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Depression and Substance Use Disorder: Can You Still Go to Rehab?

Deciding to seek treatment for substance use disorder is the first step toward a life of freedom. But for those who also suffer from depression, getting help is an even greater challenge.

This may leave you wondering: if a person with substance use disorder is depressed, can they still go to rehab? Read on to find out.

The Link Between Depression and Substance Use Disorder

Multiple national surveys have revealed that about half of those who suffer from substance use disorder will also experience a mental illness during their lifetime. Oftentimes, these disorders will occur at the same time, making it more difficult to break the cycle.

Both drugs and alcohol can worsen the symptoms of depression, including lethargy, drowsiness, and impaired judgment. Additionally, depression can increase the risk of hospitalization from substance use disorders.

Substance use disorder and depression may even share the same underlying causes, such as changes in brain composition, genetics, and overexposure to stress or trauma. These two afflictions work in tandem, making it essential to seek help as soon as possible.

Attending Rehab With Depression

Because depression and substance use disorders are such a dangerous pairing, it’s natural to wonder if it’s possible to attend rehab while depressed.

The short answer is yes, you can go to rehab for substance use disorder even if you have depression. At a quality rehab center, the staff will be well-versed in treating patients who suffer from multiple disorders. With their help, you’ll be able to design a treatment plan that works to eliminate both afflictions and puts you on the path to recovery.

How Co-Occurring Disorders Can Affect Treatment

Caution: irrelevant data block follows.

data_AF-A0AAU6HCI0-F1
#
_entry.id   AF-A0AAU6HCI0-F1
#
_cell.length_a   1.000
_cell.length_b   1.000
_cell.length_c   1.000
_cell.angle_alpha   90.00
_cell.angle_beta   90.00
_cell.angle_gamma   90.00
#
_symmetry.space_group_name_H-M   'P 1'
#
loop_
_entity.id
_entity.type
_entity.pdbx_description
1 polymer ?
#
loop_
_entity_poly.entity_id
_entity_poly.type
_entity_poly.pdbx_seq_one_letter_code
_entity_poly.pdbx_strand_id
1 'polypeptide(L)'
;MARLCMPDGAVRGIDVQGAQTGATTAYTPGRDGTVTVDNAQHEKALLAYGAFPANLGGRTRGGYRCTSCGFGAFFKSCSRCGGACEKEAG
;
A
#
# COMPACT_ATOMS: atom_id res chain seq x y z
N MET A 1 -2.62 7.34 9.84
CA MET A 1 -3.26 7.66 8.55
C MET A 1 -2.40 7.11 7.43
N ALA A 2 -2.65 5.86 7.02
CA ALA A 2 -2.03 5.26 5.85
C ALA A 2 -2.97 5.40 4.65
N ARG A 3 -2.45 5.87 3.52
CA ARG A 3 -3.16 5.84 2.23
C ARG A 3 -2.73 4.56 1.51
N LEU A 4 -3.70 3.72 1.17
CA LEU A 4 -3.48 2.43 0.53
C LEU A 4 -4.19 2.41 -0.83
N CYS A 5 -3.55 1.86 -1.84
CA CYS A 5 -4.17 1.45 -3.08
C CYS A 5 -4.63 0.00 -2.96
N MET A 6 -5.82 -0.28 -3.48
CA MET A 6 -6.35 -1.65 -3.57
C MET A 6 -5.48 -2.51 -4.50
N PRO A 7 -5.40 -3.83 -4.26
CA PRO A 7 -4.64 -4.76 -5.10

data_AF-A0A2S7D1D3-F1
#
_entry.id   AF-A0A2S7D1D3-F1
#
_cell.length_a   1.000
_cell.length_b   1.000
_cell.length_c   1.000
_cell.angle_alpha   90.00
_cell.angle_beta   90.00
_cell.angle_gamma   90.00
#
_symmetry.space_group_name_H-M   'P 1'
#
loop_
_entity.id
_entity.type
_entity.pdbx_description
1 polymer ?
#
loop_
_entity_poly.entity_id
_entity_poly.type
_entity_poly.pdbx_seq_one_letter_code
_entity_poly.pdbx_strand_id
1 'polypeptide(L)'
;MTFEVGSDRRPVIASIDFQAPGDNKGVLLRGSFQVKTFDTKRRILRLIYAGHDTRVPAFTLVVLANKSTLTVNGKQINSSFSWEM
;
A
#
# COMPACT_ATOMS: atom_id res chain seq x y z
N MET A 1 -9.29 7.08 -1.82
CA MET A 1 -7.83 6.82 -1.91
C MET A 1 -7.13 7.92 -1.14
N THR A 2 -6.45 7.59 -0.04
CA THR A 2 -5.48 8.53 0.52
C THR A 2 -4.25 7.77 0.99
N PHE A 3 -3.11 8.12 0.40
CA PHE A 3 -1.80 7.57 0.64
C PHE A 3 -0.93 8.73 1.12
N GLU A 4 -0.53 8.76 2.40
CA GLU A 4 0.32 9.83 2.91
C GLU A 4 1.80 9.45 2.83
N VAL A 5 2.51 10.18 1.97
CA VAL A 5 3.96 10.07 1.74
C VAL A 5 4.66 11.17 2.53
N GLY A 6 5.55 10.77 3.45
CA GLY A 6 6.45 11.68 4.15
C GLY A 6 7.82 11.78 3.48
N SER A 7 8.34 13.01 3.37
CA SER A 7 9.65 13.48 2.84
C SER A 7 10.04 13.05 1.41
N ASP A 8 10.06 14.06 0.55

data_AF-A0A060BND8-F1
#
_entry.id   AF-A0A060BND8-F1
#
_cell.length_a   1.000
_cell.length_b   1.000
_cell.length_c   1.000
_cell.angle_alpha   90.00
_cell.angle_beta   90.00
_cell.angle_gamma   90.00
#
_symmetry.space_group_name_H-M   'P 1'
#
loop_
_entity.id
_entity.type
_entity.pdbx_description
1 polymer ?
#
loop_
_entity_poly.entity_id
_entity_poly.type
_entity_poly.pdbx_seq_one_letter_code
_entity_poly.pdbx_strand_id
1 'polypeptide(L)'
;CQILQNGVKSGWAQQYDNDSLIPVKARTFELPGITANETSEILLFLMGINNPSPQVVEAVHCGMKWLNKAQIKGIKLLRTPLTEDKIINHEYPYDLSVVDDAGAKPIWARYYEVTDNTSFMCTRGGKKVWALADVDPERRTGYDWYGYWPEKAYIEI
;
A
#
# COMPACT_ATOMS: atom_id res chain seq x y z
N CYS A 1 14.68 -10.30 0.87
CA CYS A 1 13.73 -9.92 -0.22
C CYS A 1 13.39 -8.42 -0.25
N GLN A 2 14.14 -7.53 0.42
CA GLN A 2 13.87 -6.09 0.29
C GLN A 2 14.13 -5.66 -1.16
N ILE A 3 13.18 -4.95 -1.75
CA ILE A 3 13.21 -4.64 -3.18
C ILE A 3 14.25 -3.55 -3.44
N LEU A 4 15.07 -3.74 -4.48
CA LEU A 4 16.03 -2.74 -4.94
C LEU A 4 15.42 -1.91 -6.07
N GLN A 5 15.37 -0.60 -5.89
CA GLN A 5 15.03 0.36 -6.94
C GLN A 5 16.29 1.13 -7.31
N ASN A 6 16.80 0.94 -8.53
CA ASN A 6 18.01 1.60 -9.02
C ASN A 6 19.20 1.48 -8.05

If you experience a co-occurring disorder, you’ll likely experience slightly different treatment methods than those who suffer exclusively from substance use disorder.

For some, Partial Hospitalization Programs (PHPs) may be the best course of action. In these cases, you’ll be hospitalized each day during your time in rehab, but you’ll return home in the evenings. This gives you time to recover in the comfort of your own space while ensuring you receive the attentive care you need.

Intensive Outpatient Programs (IOPs) are the better route for others. In an IOP, you won’t be medically monitored, but you’ll receive a full treatment schedule that you can follow each day at home. This is an excellent course of treatment for those who are incredibly motivated to recover and have a robust support system at home.

Find The Treatment You Need at Paramount Recovery Centers

For those seeking treatment in Massachusetts, there is no better option than Paramount Recovery Centers. Whether you’re suffering from substance use disorder or have co-occurring depression, you’ll find a dedicated group of expert professionals who can set you on the path to recovery. Visit Paramount Recovery Centers today to get started.

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